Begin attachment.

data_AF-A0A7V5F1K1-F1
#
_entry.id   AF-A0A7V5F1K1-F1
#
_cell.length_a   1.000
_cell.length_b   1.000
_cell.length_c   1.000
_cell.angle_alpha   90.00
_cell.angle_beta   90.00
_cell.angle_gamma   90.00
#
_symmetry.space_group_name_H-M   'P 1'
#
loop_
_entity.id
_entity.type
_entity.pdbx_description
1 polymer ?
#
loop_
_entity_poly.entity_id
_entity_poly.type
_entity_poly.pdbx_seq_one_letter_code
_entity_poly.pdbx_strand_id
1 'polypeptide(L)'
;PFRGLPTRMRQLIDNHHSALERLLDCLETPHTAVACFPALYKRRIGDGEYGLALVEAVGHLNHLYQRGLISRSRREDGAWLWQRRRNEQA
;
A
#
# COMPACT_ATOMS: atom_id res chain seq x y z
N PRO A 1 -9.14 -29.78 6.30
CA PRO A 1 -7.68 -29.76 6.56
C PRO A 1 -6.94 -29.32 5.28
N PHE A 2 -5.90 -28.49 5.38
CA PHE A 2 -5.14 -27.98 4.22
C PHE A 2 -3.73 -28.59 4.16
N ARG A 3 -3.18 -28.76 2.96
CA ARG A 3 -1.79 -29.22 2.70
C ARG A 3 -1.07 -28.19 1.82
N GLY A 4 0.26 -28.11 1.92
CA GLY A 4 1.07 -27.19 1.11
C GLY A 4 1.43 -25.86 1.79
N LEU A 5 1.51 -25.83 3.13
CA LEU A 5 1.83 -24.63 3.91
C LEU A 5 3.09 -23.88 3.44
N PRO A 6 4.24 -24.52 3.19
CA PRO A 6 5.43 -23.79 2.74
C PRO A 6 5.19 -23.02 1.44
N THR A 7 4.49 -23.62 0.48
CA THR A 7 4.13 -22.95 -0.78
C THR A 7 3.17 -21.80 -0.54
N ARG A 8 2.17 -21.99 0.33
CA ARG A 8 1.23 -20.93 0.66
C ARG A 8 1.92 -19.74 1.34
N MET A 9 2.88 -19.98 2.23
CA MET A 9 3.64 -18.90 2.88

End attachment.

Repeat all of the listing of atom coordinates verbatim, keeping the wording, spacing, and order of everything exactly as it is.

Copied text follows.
data_AF-A0A7V5F1K1-F1
#
_entry.id   AF-A0A7V5F1K1-F1
#
_cell.length_a   1.000
_cell.length_b   1.000
_cell.length_c   1.000
_cell.angle_alpha   90.00
_cell.angle_beta   90.00
_cell.angle_gamma   90.00
#
_symmetry.space_group_name_H-M   'P 1'
#
loop_
_entity.id
_entity.type
_entity.pdbx_description
1 polymer ?
#
loop_
_entity_poly.entity_id
_entity_poly.type
_entity_poly.pdbx_seq_one_letter_code
_entity_poly.pdbx_strand_id
1 'polypeptide(L)'
;PFRGLPTRMRQLIDNHHSALERLLDCLETPHTAVACFPALYKRRIGDGEYGLALVEAVGHLNHLYQRGLISRSRREDGAWLWQRRRNEQA
;
A
#
# COMPACT_ATOMS: atom_id res chain seq x y z
N PRO A 1 -9.14 -29.78 6.30
CA PRO A 1 -7.68 -29.76 6.56
C PRO A 1 -6.94 -29.32 5.28
N PHE A 2 -5.90 -28.49 5.38
CA PHE A 2 -5.14 -27.98 4.22
C PHE A 2 -3.73 -28.59 4.16
N ARG A 3 -3.18 -28.76 2.96
CA ARG A 3 -1.79 -29.22 2.70
C ARG A 3 -1.07 -28.19 1.82
N GLY A 4 0.26 -28.11 1.92
CA GLY A 4 1.07 -27.19 1.11
C GLY A 4 1.43 -25.86 1.79
N LEU A 5 1.51 -25.83 3.13
CA LEU A 5 1.83 -24.63 3.91
C LEU A 5 3.09 -23.88 3.44
N PRO A 6 4.24 -24.52 3.19
CA PRO A 6 5.43 -23.79 2.74
C PRO A 6 5.19 -23.02 1.44
N THR A 7 4.49 -23.62 0.48
CA THR A 7 4.13 -22.95 -0.78
C THR A 7 3.17 -21.80 -0.54
N ARG A 8 2.17 -21.99 0.33
CA ARG A 8 1.23 -20.93 0.66
C ARG A 8 1.92 -19.74 1.34
N MET A 9 2.88 -19.98 2.23
CA MET A 9 3.64 -18.90 2.88